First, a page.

FIG. 4B illustrates the placement of a single coil spring 56 inside a magazine housing 51. As illustrated, one, two or three coil springs may be utilized. It is preferable that coil spring 56 compress into a low profile as a lower profile allows more labels or tabs to be inserted into a single magazine.

FIG. 4C illustrates the placement of pusher plate 57 inside a magazine housing 51. As illustrated, pusher plate 57 restrains two coil springs 56, although other numbers of coil springs will also function properly. Pusher plate 57 is preferably tapered on each lateral end. When the magazine is empty of labels and tabs, engagement between indexing slide 26 and pusher plate 57 is thereby avoided. Tapered ends of pusher plate 57 also reduce snagging between pusher plate 57 and labels or tabs. Pusher plate 57 is restrained inside magazine housing 51 by flanges on tab and label capturing elements 52 and 53 (illustrated in FIG. 4A). Preferably pusher plate 57 has an upper flat surface. A flat surface holds the labels or tabs in a flat condition and further minimizes snagging.

FIG. 4D illustrates a tab and label magazine loaded with labels or tabs 58 a through 58 r. The number of labels or tabs depends upon the thickness of the tabs and dimension A of the staple gun. The thinner the labels or tabs and the larger dimension A, the greater the number of labels or tabs that are contained in a given magazine 50. For example, for a dimension of A associated with a standard Behrens Model 380 staple gun, approximately 18 tabs of thickness 0.035 inches are held in the tab and label magazine. If tab thickness is reduced to 0.025 inches, the number of tabs the magazine can hold increases to 25. In either case, the indexing slide thickness must be comparable with tab thickness.

FIG. 9A illustrates another embodiment of a magazine housing. This embodiment differs by the way in which tabs are filled into the resultant label and tab magazine. When using the magazine housing of FIG. 4A, tabs are filled into the magazine by pressing them into the magazine from the top. In the embodiment of FIG. 9A, tabs are filled into the magazine from the end.

FIG. 5A illustrates the single-handed operation of one preferred embodiment of the present invention. The staple gun apparatus is located against the product to which the label or tab is to be affixed. Conveniently, the front edge of roller guide may correspond to the final front edge of the affixed label or tab. Next, plunger 24 is compressed against the product. As plunger 24 compresses, the cam assembly slidably feeds a single label 58 a forward to under the staple gun head 11. Pressing trigger 12 initiates the expulsion of a staple through the label or tab into the product.

Next the staple gun head is moved parallel to the label or tab and trigger 12 is pressed, thereby affixing the label or tab to the product with additional staple(s). When provided, rollers 25 and 41 aid in moving the staple gun head parallel to the label or tab. FIG. 5B illustrates the result of the operation of the staple gun apparatus.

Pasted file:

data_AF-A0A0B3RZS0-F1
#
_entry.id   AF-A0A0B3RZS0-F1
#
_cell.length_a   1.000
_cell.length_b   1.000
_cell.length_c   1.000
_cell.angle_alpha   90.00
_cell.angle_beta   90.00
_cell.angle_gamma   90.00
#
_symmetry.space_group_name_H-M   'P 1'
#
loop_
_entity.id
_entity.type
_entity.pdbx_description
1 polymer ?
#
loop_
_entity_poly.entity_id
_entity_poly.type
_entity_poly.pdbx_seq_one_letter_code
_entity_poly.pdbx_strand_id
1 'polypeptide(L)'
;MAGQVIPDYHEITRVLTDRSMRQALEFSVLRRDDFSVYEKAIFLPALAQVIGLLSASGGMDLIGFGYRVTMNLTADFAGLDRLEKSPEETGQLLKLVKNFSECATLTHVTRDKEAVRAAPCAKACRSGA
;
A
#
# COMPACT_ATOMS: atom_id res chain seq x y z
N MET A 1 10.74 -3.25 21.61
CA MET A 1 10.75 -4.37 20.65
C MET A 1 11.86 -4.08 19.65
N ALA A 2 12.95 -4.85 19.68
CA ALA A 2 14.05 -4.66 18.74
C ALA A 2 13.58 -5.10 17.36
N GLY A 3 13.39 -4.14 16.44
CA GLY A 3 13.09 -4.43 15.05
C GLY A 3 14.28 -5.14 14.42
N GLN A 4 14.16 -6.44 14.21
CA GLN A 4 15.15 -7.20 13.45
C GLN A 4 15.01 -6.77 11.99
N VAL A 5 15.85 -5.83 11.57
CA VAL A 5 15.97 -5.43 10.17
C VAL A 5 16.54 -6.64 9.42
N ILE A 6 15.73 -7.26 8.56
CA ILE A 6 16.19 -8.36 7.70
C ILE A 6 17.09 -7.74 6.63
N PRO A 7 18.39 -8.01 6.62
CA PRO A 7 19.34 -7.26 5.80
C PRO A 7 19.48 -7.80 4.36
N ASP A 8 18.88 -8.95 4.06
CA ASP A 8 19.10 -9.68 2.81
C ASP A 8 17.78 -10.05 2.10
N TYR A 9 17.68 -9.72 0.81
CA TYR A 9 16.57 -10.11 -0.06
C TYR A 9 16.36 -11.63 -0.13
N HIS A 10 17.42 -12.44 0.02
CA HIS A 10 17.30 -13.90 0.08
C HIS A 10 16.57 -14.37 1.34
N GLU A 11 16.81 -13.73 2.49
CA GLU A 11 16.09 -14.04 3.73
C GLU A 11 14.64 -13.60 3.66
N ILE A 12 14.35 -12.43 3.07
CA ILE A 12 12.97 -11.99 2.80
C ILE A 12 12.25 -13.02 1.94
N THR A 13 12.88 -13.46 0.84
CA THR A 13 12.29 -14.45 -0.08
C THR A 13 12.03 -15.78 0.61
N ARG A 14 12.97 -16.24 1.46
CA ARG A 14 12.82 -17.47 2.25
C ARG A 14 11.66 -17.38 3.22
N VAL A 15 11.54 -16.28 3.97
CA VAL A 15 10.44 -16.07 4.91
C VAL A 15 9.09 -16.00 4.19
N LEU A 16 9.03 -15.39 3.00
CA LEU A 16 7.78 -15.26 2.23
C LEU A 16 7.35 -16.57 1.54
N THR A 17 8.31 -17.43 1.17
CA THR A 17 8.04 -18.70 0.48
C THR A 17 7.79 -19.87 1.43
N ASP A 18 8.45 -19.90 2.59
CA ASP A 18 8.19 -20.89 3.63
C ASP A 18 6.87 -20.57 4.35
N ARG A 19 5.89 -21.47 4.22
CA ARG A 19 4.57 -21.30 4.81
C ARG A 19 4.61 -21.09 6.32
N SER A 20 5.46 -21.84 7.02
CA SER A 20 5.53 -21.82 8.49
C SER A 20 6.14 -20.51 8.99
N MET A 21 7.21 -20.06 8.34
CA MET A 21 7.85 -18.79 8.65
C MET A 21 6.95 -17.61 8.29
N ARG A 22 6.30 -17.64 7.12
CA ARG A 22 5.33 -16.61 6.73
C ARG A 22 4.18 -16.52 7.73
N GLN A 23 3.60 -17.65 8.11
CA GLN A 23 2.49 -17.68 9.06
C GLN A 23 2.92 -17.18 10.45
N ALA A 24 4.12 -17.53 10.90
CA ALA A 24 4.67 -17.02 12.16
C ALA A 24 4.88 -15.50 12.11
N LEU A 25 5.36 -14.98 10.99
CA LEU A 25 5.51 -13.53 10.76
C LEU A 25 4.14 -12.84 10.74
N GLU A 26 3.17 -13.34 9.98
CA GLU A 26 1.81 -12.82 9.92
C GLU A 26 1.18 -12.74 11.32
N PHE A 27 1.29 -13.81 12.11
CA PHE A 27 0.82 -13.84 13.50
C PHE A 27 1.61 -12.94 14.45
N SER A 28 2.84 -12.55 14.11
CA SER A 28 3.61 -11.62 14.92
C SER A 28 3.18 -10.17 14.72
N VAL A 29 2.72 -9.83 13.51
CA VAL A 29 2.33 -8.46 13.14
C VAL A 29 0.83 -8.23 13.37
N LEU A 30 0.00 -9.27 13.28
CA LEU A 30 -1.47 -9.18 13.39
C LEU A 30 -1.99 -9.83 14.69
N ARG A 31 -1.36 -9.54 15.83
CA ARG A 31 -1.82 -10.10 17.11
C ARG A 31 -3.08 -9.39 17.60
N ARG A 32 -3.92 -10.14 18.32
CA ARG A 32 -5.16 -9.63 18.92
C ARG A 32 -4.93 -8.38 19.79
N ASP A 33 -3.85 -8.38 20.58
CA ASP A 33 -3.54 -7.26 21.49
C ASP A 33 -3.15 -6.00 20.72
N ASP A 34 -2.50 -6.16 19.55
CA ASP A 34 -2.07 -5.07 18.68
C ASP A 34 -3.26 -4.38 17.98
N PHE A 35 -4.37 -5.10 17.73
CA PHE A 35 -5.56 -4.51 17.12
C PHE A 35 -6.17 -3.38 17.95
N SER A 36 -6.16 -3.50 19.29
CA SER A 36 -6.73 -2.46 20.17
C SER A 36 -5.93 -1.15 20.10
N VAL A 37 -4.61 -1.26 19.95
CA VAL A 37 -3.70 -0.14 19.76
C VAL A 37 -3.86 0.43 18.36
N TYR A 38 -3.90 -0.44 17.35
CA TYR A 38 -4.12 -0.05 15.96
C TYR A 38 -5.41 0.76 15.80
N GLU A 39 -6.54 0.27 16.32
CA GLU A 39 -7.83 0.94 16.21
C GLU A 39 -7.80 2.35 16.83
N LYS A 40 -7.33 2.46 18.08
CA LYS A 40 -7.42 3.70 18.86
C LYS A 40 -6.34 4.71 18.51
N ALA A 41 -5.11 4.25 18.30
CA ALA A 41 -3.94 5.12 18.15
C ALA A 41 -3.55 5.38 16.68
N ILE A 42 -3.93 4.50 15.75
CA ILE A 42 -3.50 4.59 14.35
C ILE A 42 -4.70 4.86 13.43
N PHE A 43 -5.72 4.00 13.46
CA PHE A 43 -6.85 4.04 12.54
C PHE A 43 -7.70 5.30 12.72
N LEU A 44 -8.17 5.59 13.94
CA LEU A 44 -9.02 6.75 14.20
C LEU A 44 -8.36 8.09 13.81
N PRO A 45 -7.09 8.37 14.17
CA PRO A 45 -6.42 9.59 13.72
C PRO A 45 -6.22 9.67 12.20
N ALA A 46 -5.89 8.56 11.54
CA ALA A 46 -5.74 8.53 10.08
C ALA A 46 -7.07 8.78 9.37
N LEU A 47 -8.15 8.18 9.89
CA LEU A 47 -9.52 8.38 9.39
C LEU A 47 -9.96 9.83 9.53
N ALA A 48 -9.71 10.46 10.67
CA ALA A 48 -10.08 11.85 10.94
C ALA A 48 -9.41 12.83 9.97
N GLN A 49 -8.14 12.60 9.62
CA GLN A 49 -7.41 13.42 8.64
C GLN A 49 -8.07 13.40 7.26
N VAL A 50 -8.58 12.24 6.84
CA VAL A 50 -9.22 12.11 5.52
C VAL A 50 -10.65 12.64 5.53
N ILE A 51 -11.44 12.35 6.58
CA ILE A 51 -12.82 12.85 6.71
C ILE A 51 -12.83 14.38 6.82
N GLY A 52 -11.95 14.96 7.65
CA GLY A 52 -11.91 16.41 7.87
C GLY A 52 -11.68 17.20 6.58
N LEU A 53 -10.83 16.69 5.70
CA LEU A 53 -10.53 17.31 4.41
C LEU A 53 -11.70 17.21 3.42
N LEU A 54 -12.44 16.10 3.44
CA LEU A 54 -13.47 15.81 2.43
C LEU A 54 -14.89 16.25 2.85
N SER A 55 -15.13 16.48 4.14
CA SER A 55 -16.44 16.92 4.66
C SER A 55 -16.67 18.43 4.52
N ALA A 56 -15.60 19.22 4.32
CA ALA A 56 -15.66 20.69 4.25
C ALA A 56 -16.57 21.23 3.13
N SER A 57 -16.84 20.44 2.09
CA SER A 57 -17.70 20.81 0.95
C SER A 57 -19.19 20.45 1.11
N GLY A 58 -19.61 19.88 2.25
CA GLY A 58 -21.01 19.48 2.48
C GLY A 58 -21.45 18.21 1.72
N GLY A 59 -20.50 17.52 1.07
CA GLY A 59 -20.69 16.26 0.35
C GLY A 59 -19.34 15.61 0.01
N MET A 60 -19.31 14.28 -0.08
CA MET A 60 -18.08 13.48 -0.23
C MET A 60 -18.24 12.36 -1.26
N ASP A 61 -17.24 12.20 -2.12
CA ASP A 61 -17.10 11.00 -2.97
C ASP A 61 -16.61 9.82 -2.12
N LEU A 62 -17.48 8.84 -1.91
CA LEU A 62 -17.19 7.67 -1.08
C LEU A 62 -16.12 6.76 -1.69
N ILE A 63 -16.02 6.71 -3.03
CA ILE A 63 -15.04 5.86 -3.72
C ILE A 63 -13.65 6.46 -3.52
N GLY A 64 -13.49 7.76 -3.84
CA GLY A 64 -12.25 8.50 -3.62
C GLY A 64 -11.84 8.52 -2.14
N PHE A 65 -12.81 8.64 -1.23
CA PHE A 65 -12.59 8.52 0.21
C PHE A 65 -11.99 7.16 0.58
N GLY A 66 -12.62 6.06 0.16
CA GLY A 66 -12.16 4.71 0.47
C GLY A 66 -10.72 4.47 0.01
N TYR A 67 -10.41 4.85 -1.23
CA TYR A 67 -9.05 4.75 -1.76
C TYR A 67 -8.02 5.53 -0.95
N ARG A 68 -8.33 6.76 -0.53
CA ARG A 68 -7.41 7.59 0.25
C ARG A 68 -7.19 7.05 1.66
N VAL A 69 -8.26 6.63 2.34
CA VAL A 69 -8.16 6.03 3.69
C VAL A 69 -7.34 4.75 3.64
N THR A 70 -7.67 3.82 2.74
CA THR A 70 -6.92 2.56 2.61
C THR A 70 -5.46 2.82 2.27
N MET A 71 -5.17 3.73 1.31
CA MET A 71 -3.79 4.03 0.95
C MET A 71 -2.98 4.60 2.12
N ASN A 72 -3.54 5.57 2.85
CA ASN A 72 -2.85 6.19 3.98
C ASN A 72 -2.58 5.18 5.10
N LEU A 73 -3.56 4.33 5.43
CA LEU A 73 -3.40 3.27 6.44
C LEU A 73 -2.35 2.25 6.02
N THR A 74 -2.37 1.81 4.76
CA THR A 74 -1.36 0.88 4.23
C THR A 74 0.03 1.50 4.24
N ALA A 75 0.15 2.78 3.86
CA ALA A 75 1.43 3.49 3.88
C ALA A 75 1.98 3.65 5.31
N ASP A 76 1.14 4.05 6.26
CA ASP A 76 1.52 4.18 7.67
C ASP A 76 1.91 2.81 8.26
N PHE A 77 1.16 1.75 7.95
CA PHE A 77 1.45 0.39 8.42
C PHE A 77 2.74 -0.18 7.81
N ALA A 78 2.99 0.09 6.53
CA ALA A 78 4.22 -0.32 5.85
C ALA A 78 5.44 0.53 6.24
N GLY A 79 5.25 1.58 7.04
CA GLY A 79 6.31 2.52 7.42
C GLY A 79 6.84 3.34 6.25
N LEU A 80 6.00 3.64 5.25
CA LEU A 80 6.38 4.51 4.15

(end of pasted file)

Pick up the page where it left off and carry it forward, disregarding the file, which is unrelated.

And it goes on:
As is seen, the invention provides a convenient and economical means of affixing a label or tab to a product with multiple staples in a single-handed operation. The apparatus can be fashioned by adding an accessory to a standard staple gun or by integrating the design into the frame of a staple gun.

When desired a printing device can be incorporated into the front guide assembly 40. This permits the printing of serial numbers onto the labels or tabs as they are affixed to the product.

FIG. 6 illustrates another embodiment of the tab and label feeding attachment. Major components include housing structure 21 a, front housing structure 21 b, retaining covers 21 c and 21 d, and tab indexing mechanism comprising plunger 24, contact roller 25 and indexing slide 26. FIG. 7A has retaining cover 21 d removed to reveal additional features. Subsequent figures illustrate the components of this tab and label feeding attachment in greater detail.

In contrast to the earlier described embodiment, this embodiment uses a tab and label pressure spring 56 that is fixedly attached to the feeding attachment instead of being incorporated into a tab and label magazine. Fixing the spring to the attachment allows for reduced complexity and manufacturing costs of the magazine as well as increased capacity of the magazine. For example, this embodiment allows the magazine to hold 22 tabs of thickness 0.035 inch instead of 18 tabs of the earlier described embodiment.

Housing support structure 21a illustrated in FIG. 7B identifies features useful in a tab and label feeding attachment of high durability, longevity and simplified field maintenance. Slots 21 a-1 constrain the indexing slide arms. The indexing slide arms are held inside slots 21 a-1 by housing retaining covers 21 c and 21 d. Additional cutouts 21 a-10 in slots 21 a-1 provide for indexing slide movement. The housing support also has circular holes 21 a-2 having at least two different diameters. The smaller diameter provides clearance for a gear shaft. The larger diameter provides a “shelf” to support the indexing slide gears and also acts as a lubricant reservoir. Housing support structure area 21 a-3 provides a channel into which the contacting plunger is depressed. This area may optionally include pins 21 a-4 that further direct the vertical direction of the plunger and prevent side wear on area 21 a-3.